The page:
Mee demands something huge of the director, designers, and cast simply by giving them so much room to move within his ideas. He describes the set as an installation -- such a suggestion is a challenge -- a dialogue between writer and the creators that you don't often encounter in scripts.
Big Love is, if not a Greek tragedy, then it is a play that has the theatrical and intellectual vigor that Greek tragedies must have had when they were first produced—one that grappled with all the big social and political issues that Aeschylus grappled with, and Mee makes us grapple with them, too.
The humor, physicality, and inventiveness of Mee's play, the way he chooses to represent, visually and gesturally, sexual anxiety and masculine aggressiveness, the mysterious power of love, the whimsy and violence and beauty of life, make us care about the events unfolding on stage, and hence about the underlying issues, which not surprisingly turn out to be the very ones that Aeschylus' play is about. Which is to say, the most pressing questions about relations between the sexes, and the true nature of power.
Charles L. Mee, Playwright
what I like
My own work begins with the belief that human beings are, as Aristotle said, social creatures—that we are the product not just of psychology, but also of history and of culture, that we often express our histories and cultures in ways even we are not conscious of, that the culture speaks through us, grabs us and throws us to the ground, cries out, silences us.
I don't write "political plays" in the usual sense of the term; but I write out of the belief that we are creatures of our history and culture and gender and politics—that our beings and actions arise from that complex of influences and forces and motivations, that our lives are more rich and complex than can be reduced to a single source of human motivation.
So I try in my work to get past traditional forms of psychological realism, to bring into the frame of the plays material from history, philosophy, insanity, inattention, distractedness, judicial theory, sudden violent passion, lyricism, the National Enquirer, nostalgia, longing, aspiration, literary criticism, anguish, confusion, inability.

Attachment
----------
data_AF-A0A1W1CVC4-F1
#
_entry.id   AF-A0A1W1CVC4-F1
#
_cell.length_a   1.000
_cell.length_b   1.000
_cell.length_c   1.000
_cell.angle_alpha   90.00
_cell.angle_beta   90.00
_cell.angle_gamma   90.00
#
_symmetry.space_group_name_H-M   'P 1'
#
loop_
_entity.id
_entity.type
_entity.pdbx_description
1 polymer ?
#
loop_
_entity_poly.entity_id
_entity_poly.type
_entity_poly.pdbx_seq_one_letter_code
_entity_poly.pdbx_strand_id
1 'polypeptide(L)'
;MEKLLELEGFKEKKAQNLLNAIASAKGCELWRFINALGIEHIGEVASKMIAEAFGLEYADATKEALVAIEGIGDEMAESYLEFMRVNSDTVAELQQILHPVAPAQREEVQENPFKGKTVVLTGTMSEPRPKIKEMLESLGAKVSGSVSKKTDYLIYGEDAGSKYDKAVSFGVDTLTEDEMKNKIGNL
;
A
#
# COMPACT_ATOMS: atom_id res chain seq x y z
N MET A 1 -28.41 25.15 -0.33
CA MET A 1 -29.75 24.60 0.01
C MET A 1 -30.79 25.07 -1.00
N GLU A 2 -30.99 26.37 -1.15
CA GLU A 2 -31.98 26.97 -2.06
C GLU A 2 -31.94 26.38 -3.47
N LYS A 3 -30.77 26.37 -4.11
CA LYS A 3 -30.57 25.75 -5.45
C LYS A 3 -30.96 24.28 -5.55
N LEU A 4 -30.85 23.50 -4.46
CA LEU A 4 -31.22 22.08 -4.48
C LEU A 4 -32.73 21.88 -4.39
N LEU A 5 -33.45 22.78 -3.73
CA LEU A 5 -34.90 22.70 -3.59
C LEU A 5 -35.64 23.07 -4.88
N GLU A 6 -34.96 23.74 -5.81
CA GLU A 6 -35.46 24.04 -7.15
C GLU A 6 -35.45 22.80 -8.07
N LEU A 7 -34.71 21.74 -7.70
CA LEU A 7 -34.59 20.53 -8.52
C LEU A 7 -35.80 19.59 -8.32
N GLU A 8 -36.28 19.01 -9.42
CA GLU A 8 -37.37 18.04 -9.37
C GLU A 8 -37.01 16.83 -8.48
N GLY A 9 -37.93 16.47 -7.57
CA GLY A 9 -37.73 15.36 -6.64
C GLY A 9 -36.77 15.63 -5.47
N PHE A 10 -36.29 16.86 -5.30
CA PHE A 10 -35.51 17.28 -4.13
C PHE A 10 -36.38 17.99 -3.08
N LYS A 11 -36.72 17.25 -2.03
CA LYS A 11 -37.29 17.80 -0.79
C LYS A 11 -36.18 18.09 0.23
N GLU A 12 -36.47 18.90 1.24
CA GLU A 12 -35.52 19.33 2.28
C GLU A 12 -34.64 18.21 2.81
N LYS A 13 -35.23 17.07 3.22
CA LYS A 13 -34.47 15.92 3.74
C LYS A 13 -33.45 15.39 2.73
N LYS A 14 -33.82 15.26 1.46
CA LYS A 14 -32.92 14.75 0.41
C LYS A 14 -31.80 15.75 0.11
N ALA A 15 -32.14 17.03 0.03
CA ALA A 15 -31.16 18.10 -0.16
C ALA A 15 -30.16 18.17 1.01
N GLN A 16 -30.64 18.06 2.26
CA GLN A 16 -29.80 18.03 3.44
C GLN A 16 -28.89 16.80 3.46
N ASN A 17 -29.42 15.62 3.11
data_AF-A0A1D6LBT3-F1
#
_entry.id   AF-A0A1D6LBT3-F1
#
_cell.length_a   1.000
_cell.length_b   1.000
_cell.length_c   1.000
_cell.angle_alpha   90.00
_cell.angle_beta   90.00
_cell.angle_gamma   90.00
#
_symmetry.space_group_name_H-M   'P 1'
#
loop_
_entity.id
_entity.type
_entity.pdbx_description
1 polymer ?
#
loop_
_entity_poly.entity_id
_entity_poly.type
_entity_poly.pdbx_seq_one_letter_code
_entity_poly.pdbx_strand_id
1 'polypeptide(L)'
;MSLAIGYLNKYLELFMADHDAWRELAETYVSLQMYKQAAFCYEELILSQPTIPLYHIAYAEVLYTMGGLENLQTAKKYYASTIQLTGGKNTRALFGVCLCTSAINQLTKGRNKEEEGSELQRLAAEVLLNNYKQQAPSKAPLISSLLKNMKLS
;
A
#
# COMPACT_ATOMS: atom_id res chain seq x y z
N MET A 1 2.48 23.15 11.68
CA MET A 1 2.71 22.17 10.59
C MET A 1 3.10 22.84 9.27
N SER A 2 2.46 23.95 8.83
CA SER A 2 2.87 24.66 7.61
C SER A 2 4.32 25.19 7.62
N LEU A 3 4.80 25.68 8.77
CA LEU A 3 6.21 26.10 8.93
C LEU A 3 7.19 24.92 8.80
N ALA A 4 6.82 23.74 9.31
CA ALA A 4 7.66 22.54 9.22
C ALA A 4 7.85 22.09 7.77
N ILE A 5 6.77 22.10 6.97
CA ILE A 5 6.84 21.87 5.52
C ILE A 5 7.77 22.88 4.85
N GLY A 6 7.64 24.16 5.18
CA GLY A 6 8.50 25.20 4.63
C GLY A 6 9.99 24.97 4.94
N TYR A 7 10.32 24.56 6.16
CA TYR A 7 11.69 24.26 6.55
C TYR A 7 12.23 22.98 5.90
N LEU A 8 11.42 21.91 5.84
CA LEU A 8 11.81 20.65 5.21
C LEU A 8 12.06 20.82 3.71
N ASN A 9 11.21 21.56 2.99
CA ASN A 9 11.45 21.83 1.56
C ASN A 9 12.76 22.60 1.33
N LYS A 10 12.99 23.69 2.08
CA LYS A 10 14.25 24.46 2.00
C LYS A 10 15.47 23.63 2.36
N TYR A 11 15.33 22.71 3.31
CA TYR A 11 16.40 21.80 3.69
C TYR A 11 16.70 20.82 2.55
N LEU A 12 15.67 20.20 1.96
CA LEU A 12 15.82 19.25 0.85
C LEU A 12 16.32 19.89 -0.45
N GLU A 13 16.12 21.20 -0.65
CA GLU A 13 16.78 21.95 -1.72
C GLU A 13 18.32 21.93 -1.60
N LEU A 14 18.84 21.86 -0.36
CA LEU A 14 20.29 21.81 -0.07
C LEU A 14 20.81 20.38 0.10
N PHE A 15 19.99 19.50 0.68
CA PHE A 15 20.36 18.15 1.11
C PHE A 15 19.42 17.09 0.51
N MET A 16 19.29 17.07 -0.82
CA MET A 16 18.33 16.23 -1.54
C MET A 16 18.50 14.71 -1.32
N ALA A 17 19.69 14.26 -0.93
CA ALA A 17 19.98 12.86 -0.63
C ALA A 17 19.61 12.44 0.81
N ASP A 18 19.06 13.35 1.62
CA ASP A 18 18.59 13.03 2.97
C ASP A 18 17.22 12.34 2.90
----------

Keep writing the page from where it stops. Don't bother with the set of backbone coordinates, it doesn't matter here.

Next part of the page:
I like plays that are not too neat, too finished, too presentable. My plays are broken, jagged, filled with sharp edges, filled with things that take sudden turns, careen into each other, smash up, veer off in sickening turns. That feels good to me. It feels like my life. It feels like the world.
And then I like to put this—with some sense of struggle remaining—into a classical form, a Greek form, or a beautiful dance theatre piece, or some other effort at civilization.
— C h u c k M e e
a note on casting
I am an old crippled white guy in love with a young Japanese-Canadian-American woman, and we talk about race and age and polio and disability, but race and disability do not consume our lives. Most of our lives are taken up with love and children and mortality and politics and literature—just like anyone else.
My plays don't take race and disability as their subject matter. Other plays do, and I think that is a good and necessary thing, and I hope many plays will be written and produced that deal directly with these issues.
But I want my plays to be the way my own life is: race and disability exist. They are not denied. And, for example, white parents do not have biological black children. But issues of race and disability do not always consume the lives of people of color or people in wheel chairs. In my plays, as in life itself, the female romantic lead can be played by a woman in a wheel chair. The male romantic lead can be played by an Indian man. And that is not the subject of the play.
There is not a single role in any one of my plays that must be played by a physically intact white person. And directors should go very far out of their way to avoid creating the bizarre, artificial world of all intact white people, a world that no longer exists where I live, in casting my plays.
Big Love by Charles L. Mee
Full volume: wedding processional music:
the triumphant music at the end of Scene 13, Act III,
of Mozart's Marriage of Figaro.
Lydia walks up the aisle,
looking somewhat disoriented,
carrying a wedding bouquet,
in a white wedding dress that is disheveled,
a little torn in places, dirty in spots.
She steps up onto the stage,
goes to the bathtub,
drops the bouquet on the floor,
takes off all her clothes,
or simply walks out of them,
steps into the tub,
leans her head back against the rim, exhausted,
and closes her eyes,
her arms thrown back out of the tub as though she were crucified,
as we listen to the music finish playing.
Continue reading Charles L. Mee's Big Love online: www.charlesmee.org/html/big_love.html